March 2013, Vol. 25, No.3

Research Notes

High-salinity aquifers provide pathway for fracking pollution

Duke University (Durham, N.C.) researchers have found that hydraulic fracturing, or “fracking,” may not create fissures but that gas leaking from well casings could exploit them, according to a university news release.

After studying well water in northeastern Pennsylvania, the researchers found that naturally occurring pathways could allow salts and gases from the 124,000-km2 Marcellus Shale formation, which extends between New York and West Virginia, to migrate into shallow drinking water aquifers. The Marcellus Shale formation contains water naturally enriched with salts, metals, and radioactive elements.

The research team evaluated 426 drinking water samples from three groundwater aquifers in the six counties overlying the Marcellus Shale formation. The samples from the of Lock Haven, Alluvium, and Catskill aquifers showed elevated levels of salinity and geochemistry similar to deep Marcellus brine but no direct links between this and shale-gas exploration in the region, the news release says.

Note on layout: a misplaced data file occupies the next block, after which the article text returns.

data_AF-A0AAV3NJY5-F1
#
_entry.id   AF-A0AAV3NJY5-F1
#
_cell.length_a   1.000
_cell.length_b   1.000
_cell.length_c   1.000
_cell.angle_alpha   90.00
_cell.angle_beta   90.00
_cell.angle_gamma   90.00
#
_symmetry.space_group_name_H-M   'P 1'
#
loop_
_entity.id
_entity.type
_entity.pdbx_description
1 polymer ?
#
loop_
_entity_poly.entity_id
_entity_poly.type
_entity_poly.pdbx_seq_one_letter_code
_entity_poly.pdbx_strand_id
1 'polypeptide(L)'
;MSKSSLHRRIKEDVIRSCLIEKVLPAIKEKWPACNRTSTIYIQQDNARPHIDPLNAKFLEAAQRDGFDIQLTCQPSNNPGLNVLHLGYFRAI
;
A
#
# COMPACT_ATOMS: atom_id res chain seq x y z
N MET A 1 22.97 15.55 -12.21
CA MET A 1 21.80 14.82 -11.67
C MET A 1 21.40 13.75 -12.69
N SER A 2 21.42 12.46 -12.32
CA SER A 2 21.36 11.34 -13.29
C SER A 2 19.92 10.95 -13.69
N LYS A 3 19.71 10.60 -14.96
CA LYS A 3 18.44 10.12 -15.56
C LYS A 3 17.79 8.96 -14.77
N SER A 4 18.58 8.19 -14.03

However, while it is unlikely that fracking caused elevated salinity, the research showed that natural pathways exist in some locations that allow gases and Marcellus brine to migrate into groundwater aquifers from deeper underground shale-gas deposits. For example, valleys in the region are more at risk for elevated salinity, which also is associated with contamination from such metals as barium and strontium.

Since drinking water supplies with greater risk for contamination can be identified by testing for elevated salinity, the researchers recommended evaluating water quality baselines as risk assessment of water contamination in shale-gas exploration areas.

The research team included professor Avner Vengosh, doctoral student Adrian Down, postdoctoral researcher Kaiguang Zhao, research scientist Thomas H. Darrah, bachelor’s degree graduate Alissa Whitet, and former Duke postdoctoral researcher Stephen G. Osborn.

The research, published in the Proceedings of the National Academy of Sciences, was funded by Duke’s Nicholas School of the Environment.


Disposing of fracking wastewater poses risk of contamination